Harvard Tops Fundraising as Colleges Reap a Record $43.6 BillionBy
Less than 1% of colleges accounted for about 30% of the total
U.S. tax overhaul could dampen incentives for contributors
U.S. colleges led by Harvard and Stanford reaped a record $43.6 billion in charitable contributions in the last fiscal year, thanks to booming stock markets.
The richest schools continue to get richer, with less than 1 percent of all colleges accounting for almost 30 percent of the total for the year ended June 30, the Council for Aid to Education, which tracks university giving, said in a survey released Tuesday. The previous record was set a year prior at $41 billion.
But the federal tax overhaul enacted in late December could dampen some future contributions because the increase in the standard deduction eliminates incentives for many taxpayers to give, and the effects may vary state by state.
“You don’t know who’s going to fall into what category,” said Ann Kaplan, the survey’s director. “The details are so complicated, there’s no way to know how that stratification is going to affect any institution. It’s not clear how changes in the law will affect giving.”
Contributions for fiscal 2017 climbed 6.3 percent, fueled by an 18 percent total return for the S&P 500. College endowments gained an average of 12.2 percent on their investments in that span, according to the National Association of College and University Business Managers and Commonfund.
Harvard topped the list for the second straight year with $1.28 billion in contributions, a record for the school, according to survey data. Harvard has raised more than $1 billion annually for the past four years, according to the survey. Stanford followed in fiscal 2017 with $1.13 billion. Stanford had been the No. 1 beneficiary for much of the past decade.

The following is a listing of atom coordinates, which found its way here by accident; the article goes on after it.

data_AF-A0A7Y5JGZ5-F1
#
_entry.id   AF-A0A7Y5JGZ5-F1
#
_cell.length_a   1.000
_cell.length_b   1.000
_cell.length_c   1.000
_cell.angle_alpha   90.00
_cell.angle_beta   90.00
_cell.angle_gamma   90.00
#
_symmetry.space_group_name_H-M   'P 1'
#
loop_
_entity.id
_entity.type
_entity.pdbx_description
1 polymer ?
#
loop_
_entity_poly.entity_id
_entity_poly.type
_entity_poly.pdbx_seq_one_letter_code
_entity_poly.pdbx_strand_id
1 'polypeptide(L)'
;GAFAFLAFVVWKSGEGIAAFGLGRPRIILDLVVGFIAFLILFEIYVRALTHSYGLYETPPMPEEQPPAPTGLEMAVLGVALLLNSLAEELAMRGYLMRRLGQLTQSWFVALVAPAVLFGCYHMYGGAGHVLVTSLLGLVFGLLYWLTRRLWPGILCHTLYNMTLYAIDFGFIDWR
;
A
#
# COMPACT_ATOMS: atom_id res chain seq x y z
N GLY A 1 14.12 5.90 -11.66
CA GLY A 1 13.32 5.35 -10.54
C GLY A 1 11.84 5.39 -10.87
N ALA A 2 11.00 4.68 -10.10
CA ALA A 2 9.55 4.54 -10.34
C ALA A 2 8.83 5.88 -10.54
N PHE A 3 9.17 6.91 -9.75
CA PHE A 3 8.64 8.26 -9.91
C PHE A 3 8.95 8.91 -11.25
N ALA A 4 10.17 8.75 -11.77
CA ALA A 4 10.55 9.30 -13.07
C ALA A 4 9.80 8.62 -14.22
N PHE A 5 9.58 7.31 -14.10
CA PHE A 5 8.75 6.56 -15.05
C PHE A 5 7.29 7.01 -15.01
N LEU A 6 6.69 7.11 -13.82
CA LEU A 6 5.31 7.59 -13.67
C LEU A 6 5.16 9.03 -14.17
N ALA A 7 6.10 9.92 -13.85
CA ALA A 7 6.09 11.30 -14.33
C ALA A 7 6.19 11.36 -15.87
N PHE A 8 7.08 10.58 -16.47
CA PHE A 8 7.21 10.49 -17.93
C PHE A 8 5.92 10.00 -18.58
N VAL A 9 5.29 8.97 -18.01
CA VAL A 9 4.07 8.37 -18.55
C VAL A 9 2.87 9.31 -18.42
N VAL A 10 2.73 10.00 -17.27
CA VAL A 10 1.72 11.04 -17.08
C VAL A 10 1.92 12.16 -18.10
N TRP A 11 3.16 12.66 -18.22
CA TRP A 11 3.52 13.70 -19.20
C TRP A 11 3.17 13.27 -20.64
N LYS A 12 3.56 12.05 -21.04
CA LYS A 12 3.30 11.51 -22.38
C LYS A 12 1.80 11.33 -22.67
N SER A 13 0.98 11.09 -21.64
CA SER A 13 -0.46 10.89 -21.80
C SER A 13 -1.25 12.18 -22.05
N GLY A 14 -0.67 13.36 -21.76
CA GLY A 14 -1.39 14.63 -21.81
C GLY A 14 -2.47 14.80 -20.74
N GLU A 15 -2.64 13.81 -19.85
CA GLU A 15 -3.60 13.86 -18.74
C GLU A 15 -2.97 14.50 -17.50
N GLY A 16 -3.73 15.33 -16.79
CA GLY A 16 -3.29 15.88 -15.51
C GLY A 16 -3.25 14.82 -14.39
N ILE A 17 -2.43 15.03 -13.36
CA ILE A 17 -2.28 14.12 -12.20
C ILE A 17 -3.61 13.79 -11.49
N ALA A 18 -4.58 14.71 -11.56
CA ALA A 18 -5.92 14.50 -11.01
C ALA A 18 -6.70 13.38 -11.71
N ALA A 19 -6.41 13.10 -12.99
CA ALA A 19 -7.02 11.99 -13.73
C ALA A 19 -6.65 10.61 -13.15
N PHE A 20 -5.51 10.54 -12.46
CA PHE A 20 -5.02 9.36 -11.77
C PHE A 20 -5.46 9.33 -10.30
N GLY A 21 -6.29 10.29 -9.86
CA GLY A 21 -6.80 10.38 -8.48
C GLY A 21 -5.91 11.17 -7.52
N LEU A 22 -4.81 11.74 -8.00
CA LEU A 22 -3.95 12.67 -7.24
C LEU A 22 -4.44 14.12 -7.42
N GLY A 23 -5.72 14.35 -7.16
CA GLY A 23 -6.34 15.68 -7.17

Cornell University ranked third last year with $743.5 million, followed by the Massachusetts Institute of Technology’s $673 million.
Almost 950 schools responded to the survey, which relied on estimates for institutions that didn’t respond.
Foundations were the biggest givers, accounting for about 30 percent of the total, followed by alumni at 26 percent. Alumni giving increased 15 percent in fiscal 2017 after it had dropped 8.5 percent a year earlier. Some alumni accelerated their giving by Dec. 31, before the tax changes took effect.
In addition to increasing the standard deduction, Congress eliminated a tax break for athletic seating. Donors previously could deduct 80 percent of the value of gifts that went to preferred seating at sporting events. Some colleges with major sports programs alerted their alumni of the change and accepted payment for seats for years in advance. On top of that, the richest schools got hit with a new 1.4 percent tax on investment returns.
Still, fundraisers remain optimistic.
An upward trend in giving should continue, as long as schools communicate clearly what the gifts make possible, said Charlie Phlegar, vice president for advancement at Virginia Tech.
“I don’t think people make charitable donations first and foremost based on tax laws,” said Phlegar, who has worked in fundraising for 35 years, including at Cornell and Johns Hopkins universities. “They make it based on their desire to help others.”